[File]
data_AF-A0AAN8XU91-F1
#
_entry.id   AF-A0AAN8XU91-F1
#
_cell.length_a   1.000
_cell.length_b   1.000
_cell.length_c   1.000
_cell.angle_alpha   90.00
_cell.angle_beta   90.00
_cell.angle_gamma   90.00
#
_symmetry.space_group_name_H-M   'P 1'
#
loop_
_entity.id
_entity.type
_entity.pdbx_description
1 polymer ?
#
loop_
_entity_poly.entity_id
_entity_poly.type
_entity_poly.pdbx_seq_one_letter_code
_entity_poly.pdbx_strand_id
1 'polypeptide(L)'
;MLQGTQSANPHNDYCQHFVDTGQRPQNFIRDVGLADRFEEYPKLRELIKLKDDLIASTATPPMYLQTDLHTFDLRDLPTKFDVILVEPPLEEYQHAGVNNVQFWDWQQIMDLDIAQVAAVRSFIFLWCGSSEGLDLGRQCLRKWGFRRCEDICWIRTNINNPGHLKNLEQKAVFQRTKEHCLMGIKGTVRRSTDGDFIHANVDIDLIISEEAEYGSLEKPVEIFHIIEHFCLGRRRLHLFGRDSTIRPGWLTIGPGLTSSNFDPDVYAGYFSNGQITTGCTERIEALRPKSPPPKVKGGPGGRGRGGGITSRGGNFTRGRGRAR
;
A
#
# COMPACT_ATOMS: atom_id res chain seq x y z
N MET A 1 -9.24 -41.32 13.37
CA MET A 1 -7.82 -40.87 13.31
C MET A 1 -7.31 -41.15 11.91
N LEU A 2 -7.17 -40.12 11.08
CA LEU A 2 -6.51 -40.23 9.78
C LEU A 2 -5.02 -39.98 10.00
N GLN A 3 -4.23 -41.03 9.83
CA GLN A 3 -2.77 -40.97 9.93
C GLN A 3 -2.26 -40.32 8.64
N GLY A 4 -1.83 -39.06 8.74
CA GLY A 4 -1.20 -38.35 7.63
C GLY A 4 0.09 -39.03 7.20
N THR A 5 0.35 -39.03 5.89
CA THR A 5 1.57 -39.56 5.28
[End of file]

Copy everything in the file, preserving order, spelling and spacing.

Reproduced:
data_AF-A0AAN8XU91-F1
#
_entry.id   AF-A0AAN8XU91-F1
#
_cell.length_a   1.000
_cell.length_b   1.000
_cell.length_c   1.000
_cell.angle_alpha   90.00
_cell.angle_beta   90.00
_cell.angle_gamma   90.00
#
_symmetry.space_group_name_H-M   'P 1'
#
loop_
_entity.id
_entity.type
_entity.pdbx_description
1 polymer ?
#
loop_
_entity_poly.entity_id
_entity_poly.type
_entity_poly.pdbx_seq_one_letter_code
_entity_poly.pdbx_strand_id
1 'polypeptide(L)'
;MLQGTQSANPHNDYCQHFVDTGQRPQNFIRDVGLADRFEEYPKLRELIKLKDDLIASTATPPMYLQTDLHTFDLRDLPTKFDVILVEPPLEEYQHAGVNNVQFWDWQQIMDLDIAQVAAVRSFIFLWCGSSEGLDLGRQCLRKWGFRRCEDICWIRTNINNPGHLKNLEQKAVFQRTKEHCLMGIKGTVRRSTDGDFIHANVDIDLIISEEAEYGSLEKPVEIFHIIEHFCLGRRRLHLFGRDSTIRPGWLTIGPGLTSSNFDPDVYAGYFSNGQITTGCTERIEALRPKSPPPKVKGGPGGRGRGGGITSRGGNFTRGRGRAR
;
A
#
# COMPACT_ATOMS: atom_id res chain seq x y z
N MET A 1 -9.24 -41.32 13.37
CA MET A 1 -7.82 -40.87 13.31
C MET A 1 -7.31 -41.15 11.91
N LEU A 2 -7.17 -40.12 11.08
CA LEU A 2 -6.51 -40.23 9.78
C LEU A 2 -5.02 -39.98 10.00
N GLN A 3 -4.23 -41.03 9.83
CA GLN A 3 -2.77 -40.97 9.93
C GLN A 3 -2.26 -40.32 8.64
N GLY A 4 -1.83 -39.06 8.74
CA GLY A 4 -1.20 -38.35 7.63
C GLY A 4 0.09 -39.03 7.20
N THR A 5 0.35 -39.03 5.89
CA THR A 5 1.57 -39.56 5.28